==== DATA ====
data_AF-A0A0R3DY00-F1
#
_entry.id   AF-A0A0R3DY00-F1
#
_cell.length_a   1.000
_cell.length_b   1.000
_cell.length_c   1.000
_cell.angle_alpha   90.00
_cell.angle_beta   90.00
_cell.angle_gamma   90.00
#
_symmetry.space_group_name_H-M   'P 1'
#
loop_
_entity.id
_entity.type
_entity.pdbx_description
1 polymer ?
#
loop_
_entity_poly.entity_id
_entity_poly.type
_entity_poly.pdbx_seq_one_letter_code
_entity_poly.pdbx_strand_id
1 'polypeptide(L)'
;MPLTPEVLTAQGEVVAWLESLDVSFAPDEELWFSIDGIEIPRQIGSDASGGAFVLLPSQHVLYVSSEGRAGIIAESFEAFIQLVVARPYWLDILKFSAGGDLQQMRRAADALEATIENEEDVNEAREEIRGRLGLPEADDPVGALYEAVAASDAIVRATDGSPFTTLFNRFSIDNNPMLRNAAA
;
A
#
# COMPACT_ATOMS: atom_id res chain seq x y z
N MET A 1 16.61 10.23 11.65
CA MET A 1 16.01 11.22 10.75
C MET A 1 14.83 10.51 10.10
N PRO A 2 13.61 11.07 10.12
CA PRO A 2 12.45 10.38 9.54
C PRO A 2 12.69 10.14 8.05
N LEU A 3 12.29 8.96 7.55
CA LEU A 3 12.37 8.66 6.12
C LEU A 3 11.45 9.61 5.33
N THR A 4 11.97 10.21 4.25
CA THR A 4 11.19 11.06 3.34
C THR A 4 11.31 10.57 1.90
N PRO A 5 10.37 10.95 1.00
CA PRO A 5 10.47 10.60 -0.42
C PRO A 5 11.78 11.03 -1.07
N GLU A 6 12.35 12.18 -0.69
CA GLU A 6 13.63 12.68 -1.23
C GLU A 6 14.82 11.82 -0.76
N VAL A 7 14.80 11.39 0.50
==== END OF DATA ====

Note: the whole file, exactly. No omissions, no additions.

data_AF-A0A0R3DY00-F1
#
_entry.id   AF-A0A0R3DY00-F1
#
_cell.length_a   1.000
_cell.length_b   1.000
_cell.length_c   1.000
_cell.angle_alpha   90.00
_cell.angle_beta   90.00
_cell.angle_gamma   90.00
#
_symmetry.space_group_name_H-M   'P 1'
#
loop_
_entity.id
_entity.type
_entity.pdbx_description
1 polymer ?
#
loop_
_entity_poly.entity_id
_entity_poly.type
_entity_poly.pdbx_seq_one_letter_code
_entity_poly.pdbx_strand_id
1 'polypeptide(L)'
;MPLTPEVLTAQGEVVAWLESLDVSFAPDEELWFSIDGIEIPRQIGSDASGGAFVLLPSQHVLYVSSEGRAGIIAESFEAFIQLVVARPYWLDILKFSAGGDLQQMRRAADALEATIENEEDVNEAREEIRGRLGLPEADDPVGALYEAVAASDAIVRATDGSPFTTLFNRFSIDNNPMLRNAAA
;
A
#
# COMPACT_ATOMS: atom_id res chain seq x y z
N MET A 1 16.61 10.23 11.65
CA MET A 1 16.01 11.22 10.75
C MET A 1 14.83 10.51 10.10
N PRO A 2 13.61 11.07 10.12
CA PRO A 2 12.45 10.38 9.54
C PRO A 2 12.69 10.14 8.05
N LEU A 3 12.29 8.96 7.55
CA LEU A 3 12.37 8.66 6.12
C LEU A 3 11.45 9.61 5.33
N THR A 4 11.97 10.21 4.25
CA THR A 4 11.19 11.06 3.34
C THR A 4 11.31 10.57 1.90
N PRO A 5 10.37 10.95 1.00
CA PRO A 5 10.47 10.60 -0.42
C PRO A 5 11.78 11.03 -1.07
N GLU A 6 12.35 12.18 -0.69
CA GLU A 6 13.63 12.68 -1.23
C GLU A 6 14.82 11.82 -0.76
N VAL A 7 14.80 11.39 0.50